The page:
From time to time, Merriam-Webster makes revisions to the dictionary and for September 2019 the publication made the decision to add 533 new words and meanings. Along with the additions, Merriam-Webster has made more than 4,000 revisions to definitions, etymologies, pronunciations, and dates of first known use.
The last batch of new words from Merriam-Webster came back in April 2019.
“New words are a happy fact of life for a living language, and taking careful stock of the words that we use is an important part of the work of dictionary editors,” the website read. “Words can come and go in a language, but those that show staying power and increasing use need to be recorded and described. In other words: they need definitions.”
Among the new words are “sesh”, “red flag law”, “coulrophobia”, “dad joke”, and many more.
Merriam-Webster also added terms regarding racial identity and gender like “colorism” which is described as prejudice within a racial group favoring people with lighter skin, and “they” which is a nonbinary gender identity.
You can check out the announcement from Merriam-Webster here and some of the top new additions below.
Merriam-Webster September 2019 Additions
Colorism: prejudice or discrimination especially within a racial or ethnic group favoring people with lighter skin over those with darker skin.
Coulrophobia: meaning “abnormal fear of clowns.” Although Hollywood releases and dictionary updates are not coordinated, even for publicity purposes, this entry hits your screens within weeks of the premieres of both It Chapter Two and Joker.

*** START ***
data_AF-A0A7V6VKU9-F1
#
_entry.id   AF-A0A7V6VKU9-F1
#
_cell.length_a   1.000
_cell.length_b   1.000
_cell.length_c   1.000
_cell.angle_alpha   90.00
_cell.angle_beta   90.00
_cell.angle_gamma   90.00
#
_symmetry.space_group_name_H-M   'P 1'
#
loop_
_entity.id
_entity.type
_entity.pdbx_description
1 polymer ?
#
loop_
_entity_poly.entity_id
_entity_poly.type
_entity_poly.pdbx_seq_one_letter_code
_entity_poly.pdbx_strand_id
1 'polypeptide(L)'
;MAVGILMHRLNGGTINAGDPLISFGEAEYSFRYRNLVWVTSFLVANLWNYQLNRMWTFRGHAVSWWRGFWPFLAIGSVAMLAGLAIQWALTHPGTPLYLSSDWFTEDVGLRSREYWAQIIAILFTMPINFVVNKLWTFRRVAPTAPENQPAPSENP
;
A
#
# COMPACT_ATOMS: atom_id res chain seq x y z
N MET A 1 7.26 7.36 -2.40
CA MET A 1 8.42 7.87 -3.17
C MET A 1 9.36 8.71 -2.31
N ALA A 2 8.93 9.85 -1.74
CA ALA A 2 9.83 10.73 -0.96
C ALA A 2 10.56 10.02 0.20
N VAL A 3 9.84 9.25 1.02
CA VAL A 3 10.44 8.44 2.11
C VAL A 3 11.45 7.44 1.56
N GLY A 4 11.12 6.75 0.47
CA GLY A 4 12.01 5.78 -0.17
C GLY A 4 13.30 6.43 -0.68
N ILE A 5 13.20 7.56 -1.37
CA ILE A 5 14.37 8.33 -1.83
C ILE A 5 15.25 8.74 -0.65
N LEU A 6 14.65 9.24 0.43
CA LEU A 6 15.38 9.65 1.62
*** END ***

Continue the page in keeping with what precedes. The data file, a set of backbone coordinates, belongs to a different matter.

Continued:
Dad joke: a wholesome joke of the type said to be told by fathers with a punchline that is often an obvious or predictable pun or play on words and usually judged to be endearingly corny or unfunny
Deep state: an alleged secret governmental network operating extralegally. It may feel as though the term has been around since the time when men wore fedoras in Washington, but current evidence dates it only to the dawn of the current century.
Pickleball: a newly popular court sport played with short-handled paddles and a perforated plastic ball (and an entry with a championship-level etymology).
Red flag law: a law allowing courts to prevent people who show signs of being a danger to themselves or others from having access to firearms. It has only been in use since 2015, and its synonym, extreme risk law, dates to 2017.
Sesh: a shortening of session.
Stinger: the name for short scene that appears during or after the closing credits of a movie.
They: expanded to include this sense: “used to refer to a single person whose gender identity is nonbinary.” It’s an expansion of a use that is sometimes called the “singular they” (and one that has a long history in English). When a reflexive pronoun corresponding to singular use of they is needed, themself is seeing increasing use.